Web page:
Sleazebook

Currently, there is an outcry over privacy in Facebook. Some minor celebrities have announced that they’re quitting Facebook over privacy. And as evidence that Facebook has gone mainstream, traditional media is running stories on how to protect your privacy in Facebook.

Even today, founder and CEO Mark Zuckerberg posted an apology for the confusing privacy settings, without addressing the fundamental privacy issues.

One apologist on TechCrunch wrote that one should not share any private information in Facebook. That’s not bad advice, but it doesn’t exonerate Facebook.

Through most of the internet, it’s clear what information is private and what is public. If you write a blog, it’s public. On Twitter, all posts are global unless you ‘protect’ your account. In email from your home computer, the information is mostly private (though it’s important to avoid sensitive information like passwords).

Facebook promotes itself as the premier site to build a ‘social network’. Share your stories and pictures. Reconnect with distant friends and family. In principle, these should be people you would trust with private information, like when you’re away from home, your birthdate, or your pet’s name. (And personal information like that is frequently used for ‘security questions’ in personal banking and commerce).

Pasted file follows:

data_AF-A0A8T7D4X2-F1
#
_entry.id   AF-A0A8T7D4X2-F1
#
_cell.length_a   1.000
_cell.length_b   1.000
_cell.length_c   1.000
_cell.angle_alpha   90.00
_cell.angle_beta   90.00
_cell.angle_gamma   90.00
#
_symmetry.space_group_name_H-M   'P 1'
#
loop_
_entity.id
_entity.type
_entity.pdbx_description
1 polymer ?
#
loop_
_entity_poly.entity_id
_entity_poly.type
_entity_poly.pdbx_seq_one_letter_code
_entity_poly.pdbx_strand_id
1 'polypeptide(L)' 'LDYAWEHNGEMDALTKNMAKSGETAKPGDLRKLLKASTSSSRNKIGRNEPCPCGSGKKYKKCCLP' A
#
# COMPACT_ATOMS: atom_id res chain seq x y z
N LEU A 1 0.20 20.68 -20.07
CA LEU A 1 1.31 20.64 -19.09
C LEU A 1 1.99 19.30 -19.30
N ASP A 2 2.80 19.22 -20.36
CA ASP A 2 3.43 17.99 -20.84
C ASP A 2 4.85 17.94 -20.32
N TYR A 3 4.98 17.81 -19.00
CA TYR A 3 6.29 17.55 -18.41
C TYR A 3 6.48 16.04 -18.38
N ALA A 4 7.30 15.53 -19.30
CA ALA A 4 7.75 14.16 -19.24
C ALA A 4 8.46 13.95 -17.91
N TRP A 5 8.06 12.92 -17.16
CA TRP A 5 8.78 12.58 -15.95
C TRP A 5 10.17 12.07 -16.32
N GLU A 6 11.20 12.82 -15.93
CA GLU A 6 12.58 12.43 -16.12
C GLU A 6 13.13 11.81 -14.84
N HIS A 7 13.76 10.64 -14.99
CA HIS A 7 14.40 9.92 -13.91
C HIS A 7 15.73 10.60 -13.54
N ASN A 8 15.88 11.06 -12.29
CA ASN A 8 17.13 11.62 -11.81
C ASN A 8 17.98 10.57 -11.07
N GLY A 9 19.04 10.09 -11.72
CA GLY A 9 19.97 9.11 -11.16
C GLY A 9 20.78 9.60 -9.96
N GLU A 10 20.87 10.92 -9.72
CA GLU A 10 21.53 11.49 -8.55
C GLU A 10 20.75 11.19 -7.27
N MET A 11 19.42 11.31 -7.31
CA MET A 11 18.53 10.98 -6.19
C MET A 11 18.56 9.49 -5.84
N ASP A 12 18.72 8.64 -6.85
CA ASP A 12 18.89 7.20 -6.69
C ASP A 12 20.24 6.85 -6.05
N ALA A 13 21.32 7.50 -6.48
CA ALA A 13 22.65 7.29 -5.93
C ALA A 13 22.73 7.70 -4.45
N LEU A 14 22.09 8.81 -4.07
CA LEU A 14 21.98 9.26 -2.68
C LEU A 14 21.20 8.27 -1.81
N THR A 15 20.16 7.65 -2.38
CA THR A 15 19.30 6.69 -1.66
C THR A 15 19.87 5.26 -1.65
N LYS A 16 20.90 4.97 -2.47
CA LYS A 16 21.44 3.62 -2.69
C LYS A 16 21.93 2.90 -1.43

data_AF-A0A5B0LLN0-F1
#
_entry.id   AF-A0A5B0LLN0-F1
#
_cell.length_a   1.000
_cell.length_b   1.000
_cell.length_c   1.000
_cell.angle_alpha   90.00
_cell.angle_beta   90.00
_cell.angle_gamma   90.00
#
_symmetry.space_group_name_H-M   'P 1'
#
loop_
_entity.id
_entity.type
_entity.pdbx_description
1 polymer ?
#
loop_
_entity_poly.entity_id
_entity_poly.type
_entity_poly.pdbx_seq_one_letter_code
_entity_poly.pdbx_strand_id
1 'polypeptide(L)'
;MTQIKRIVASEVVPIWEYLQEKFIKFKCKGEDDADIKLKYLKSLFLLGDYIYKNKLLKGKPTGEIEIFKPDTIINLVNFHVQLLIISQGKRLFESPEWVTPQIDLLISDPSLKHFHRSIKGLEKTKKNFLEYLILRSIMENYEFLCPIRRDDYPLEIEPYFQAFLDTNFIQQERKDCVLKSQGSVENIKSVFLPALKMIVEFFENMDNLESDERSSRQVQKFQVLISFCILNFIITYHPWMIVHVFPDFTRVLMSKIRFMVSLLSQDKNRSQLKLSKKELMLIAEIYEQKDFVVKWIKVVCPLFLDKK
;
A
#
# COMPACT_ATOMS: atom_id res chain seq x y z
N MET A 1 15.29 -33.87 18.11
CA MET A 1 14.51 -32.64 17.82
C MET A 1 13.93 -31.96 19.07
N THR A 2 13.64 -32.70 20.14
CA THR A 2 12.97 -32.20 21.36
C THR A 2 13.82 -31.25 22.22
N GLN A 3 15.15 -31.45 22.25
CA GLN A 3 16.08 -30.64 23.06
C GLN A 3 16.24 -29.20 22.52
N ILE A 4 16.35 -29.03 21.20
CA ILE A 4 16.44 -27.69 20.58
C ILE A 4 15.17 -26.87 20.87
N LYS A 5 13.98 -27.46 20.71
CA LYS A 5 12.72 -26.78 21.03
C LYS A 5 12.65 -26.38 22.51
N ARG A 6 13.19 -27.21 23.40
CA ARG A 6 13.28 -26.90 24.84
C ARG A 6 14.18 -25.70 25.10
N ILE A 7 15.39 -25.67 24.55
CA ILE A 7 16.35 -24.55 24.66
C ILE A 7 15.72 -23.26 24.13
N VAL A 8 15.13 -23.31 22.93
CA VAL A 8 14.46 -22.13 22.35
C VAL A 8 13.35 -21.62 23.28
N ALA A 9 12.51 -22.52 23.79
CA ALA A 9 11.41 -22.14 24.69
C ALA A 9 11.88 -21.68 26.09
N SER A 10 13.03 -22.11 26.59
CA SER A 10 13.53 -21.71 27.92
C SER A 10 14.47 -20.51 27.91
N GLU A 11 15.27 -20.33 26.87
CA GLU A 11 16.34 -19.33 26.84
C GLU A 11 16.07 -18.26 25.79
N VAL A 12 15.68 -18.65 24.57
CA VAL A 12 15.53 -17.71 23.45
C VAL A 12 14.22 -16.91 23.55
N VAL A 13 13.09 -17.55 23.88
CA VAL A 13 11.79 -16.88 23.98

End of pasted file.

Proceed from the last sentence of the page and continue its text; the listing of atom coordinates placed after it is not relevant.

The problem is that it’s difficult to keep up with the changing privacy policy from Facebook. They keep pushing the boundaries in order to attract more users and to win more advertising revenue. And each time, I wonder how much personal information they’re sharing with advertisers. I don’t like being ‘marketed to’, and I doubt you do, either. Joining a Farm or a Mafia War seems innocent enough, but I don’t want to be pestered about where I shop or what products I buy. Will my travel or shopping affect my insurance rates? What if a church group decides to badger me about my religious beliefs? Or a political candidate decides to hound me about some political comments?

I fully appreciate that Facebook is in business to make money. I’m willing to pay for a service that will help me connect with friends and family, if they wouldn’t sell out my personal details to the highest bidder. Exploiting my personal relationships is a sleazy move.

I have never liked Facebook, but I reluctantly joined because many of my friends and family participate. I’m hoping for an alternative that doesn’t pay lip-service to privacy – that doesn’t think my personal information is just another bit of marketing data. And hopefully my family and friends will join me so that we can keep the personal conversations private.

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